The Basics of the GMAT
If you’re looking to pursue an MBA, the first order of business will be to start preparing for the GMAT.
Luckily, Ilana Kowarski, a reporter at US News, recently put together a comprehensive guide on anything and everything you need to know about the standardized exam. Below are a few highlights from the guide.
WHAT IS THE GMAT?
The GMAT is the standardized entrance exams for business schools.
The exam covers four main sections, according to GMAC, which administers the exam:
- Analytical Writing Assessment—Measures your ability to think critically and to communicate your ideas.
- Integrated Reasoning—Measures your ability to analyze data and evaluate information presented in multiple formats.
- Quantitative Reasoning—Measures your ability to analyze data and draw conclusions using reasoning skills.
- Verbal Reasoning—measures your ability to read and understand written material, to evaluate arguments and to correct written material to conform to standard written English.
“The GMAT is consciously designed to assess skills that are most relevant for business school,” Vineet Chhabra, senior director of product management at GMAC, tells US News. “It’s a test of applied reasoning. It’s not just about knowing stuff; it’s about what you can do with your knowledge and how you can apply that in a thoughtful way during business school. It hits closer to what business people do on a daily basis.”
Your total GMAT score will range from 200 to 800, with individual scores on your Analytical Writing Assessment, Integrated Reasoning, and Quantitative and Verbal Reasoning.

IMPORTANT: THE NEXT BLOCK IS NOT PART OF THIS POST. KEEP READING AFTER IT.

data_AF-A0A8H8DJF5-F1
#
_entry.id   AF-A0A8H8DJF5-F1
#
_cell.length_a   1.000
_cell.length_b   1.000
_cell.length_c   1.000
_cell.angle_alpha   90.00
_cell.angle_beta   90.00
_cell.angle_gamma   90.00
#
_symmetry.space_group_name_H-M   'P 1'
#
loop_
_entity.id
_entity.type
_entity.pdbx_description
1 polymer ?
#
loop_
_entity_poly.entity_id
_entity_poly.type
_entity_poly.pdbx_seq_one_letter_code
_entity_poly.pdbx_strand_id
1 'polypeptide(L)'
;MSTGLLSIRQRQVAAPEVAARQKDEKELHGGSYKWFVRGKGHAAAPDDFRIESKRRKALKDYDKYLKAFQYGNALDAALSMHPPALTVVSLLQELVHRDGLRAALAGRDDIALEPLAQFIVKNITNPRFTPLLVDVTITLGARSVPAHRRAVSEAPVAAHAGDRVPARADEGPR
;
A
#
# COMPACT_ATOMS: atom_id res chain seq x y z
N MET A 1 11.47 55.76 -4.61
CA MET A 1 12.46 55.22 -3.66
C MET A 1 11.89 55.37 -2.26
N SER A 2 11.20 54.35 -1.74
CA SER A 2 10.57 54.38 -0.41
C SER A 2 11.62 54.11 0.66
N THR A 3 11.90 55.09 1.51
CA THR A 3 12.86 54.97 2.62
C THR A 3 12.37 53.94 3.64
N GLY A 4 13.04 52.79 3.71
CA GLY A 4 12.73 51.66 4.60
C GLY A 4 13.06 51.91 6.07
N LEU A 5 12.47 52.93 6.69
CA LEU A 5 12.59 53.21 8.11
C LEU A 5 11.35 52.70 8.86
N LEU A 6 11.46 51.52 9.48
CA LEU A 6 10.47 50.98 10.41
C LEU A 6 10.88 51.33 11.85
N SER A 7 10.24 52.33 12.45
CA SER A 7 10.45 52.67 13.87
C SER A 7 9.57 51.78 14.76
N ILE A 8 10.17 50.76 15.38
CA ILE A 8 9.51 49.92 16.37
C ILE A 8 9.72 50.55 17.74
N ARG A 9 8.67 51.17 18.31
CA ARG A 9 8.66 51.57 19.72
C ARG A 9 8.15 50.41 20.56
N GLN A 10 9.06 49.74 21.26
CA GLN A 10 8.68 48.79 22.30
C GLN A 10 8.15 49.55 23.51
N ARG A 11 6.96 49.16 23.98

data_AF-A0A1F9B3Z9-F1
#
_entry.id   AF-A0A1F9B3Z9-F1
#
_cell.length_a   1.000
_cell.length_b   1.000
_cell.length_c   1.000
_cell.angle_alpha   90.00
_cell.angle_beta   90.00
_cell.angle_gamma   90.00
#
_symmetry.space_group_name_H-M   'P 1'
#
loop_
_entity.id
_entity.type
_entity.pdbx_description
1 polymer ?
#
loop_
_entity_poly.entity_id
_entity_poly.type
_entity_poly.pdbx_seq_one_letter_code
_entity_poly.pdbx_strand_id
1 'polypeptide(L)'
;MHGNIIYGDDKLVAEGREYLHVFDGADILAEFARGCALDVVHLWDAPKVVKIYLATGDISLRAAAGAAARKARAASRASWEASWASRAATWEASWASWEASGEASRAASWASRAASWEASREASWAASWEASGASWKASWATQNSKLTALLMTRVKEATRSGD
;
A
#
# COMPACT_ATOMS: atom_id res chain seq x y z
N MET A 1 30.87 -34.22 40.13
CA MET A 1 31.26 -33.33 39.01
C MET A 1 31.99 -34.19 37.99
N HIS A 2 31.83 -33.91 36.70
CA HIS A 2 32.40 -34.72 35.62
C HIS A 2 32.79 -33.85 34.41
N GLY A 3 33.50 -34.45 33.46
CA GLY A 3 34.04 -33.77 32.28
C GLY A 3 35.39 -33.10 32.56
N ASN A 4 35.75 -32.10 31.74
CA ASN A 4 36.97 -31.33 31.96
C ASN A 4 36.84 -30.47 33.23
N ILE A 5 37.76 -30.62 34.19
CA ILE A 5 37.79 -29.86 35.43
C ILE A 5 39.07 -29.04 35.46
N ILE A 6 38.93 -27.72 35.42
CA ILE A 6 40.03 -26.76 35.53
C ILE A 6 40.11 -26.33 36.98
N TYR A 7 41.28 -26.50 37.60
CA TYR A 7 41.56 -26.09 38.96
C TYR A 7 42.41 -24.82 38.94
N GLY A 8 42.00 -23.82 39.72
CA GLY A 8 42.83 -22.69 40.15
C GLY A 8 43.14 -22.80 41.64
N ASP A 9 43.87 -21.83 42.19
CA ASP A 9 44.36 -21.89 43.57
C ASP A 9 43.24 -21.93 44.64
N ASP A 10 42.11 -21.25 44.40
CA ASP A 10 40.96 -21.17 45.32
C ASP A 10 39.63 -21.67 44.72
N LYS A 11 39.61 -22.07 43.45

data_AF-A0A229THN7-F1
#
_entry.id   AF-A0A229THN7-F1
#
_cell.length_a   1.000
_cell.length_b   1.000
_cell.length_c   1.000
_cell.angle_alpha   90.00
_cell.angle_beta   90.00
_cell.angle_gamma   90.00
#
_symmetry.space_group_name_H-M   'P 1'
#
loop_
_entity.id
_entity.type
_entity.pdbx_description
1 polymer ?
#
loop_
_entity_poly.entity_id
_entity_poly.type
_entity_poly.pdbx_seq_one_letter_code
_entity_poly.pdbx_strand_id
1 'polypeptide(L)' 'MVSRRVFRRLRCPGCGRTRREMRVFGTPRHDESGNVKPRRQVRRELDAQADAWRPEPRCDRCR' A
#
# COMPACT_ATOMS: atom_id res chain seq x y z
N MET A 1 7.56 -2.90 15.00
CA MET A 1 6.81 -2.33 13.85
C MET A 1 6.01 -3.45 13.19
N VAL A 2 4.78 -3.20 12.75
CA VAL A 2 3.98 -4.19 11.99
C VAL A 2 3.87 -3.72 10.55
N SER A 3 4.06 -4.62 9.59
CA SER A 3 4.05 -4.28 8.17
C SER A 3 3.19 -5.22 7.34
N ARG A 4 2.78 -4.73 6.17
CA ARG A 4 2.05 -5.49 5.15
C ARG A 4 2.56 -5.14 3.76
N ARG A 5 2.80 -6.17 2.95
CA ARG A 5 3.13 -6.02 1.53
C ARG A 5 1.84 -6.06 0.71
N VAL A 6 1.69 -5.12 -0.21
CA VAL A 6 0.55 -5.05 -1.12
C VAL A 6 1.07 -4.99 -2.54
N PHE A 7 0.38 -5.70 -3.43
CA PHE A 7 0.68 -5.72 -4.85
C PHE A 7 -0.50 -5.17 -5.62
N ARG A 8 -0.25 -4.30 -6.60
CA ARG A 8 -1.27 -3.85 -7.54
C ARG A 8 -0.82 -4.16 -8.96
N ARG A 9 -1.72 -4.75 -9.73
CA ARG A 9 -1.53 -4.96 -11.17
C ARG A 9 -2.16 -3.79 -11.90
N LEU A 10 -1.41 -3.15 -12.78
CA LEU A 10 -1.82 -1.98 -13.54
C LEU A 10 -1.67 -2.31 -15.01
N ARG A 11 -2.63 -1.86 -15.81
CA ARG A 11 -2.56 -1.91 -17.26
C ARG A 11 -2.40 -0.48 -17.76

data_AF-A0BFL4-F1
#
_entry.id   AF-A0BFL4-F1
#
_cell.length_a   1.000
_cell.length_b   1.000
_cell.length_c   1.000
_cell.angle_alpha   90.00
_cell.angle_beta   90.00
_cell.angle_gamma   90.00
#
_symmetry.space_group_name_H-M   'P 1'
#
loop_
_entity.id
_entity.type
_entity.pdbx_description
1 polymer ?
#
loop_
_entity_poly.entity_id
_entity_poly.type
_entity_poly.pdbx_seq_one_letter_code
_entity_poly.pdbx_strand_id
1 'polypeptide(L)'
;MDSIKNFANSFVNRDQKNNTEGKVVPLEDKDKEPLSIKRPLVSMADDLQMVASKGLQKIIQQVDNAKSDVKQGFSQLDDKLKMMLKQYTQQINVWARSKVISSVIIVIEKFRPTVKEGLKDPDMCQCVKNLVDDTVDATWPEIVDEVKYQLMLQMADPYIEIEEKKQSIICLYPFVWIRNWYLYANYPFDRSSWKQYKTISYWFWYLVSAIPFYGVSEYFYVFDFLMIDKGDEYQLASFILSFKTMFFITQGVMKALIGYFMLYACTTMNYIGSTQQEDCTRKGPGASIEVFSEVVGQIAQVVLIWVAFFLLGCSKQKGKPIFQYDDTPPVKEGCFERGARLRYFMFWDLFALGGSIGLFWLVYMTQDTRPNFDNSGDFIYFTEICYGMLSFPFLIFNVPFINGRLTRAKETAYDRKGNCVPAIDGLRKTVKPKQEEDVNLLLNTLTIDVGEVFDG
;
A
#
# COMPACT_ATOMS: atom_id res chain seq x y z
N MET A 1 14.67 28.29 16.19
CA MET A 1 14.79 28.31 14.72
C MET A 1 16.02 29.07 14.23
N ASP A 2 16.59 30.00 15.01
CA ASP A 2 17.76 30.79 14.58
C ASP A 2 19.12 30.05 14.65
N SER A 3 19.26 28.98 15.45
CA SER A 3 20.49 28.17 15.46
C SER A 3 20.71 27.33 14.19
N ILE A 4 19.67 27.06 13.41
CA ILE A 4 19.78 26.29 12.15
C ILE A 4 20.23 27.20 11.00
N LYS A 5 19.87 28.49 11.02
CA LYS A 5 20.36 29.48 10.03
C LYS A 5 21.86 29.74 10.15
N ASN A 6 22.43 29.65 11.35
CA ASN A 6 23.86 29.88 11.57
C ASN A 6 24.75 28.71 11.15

According to GMAC, two-thirds of test-takers score between 400 and 600. However, if you’re looking to get into a top b-school, you’ll need to score higher than that.
At Harvard Business School, the average total GMAT score for its Class of 2020 falls between 610–800.
The GMAT is computer-adaptive. That means the exam tailors itself in difficulty as you’re taking the exam.
According to GMAC, “this feature allows the exam to assess your potential with a higher degree of precision and deliver scores that business schools trust.”
That also means you’ll get your score by the time you finish the exam.
WHEN TO TAKE THE EXAM
Experts recommend applicants take the GMAT at least three to four months prior to their first application deadline.
“This will allow you some buffer room should you need to take the test again to aim for a higher score,” Lindsay Badeaux, a senior assistant director of admissions at the University of Chicago’s Booth School of Business and an MBA admissions counselor at the IvyWise admissions consulting firm, tells US News.
If you don’t score as highly as you planned, you can always retake the GMAT. In fact, most test-takers do take the exam more than once.
“Applicants almost always know whether a test score is an accurate reflection of their aptitude versus an over- or underperformance,” Stacy Blackman tells US News. “Put your best foot forward, even if it means a retake to better align the score with one’s potential and previous diagnostic exams.”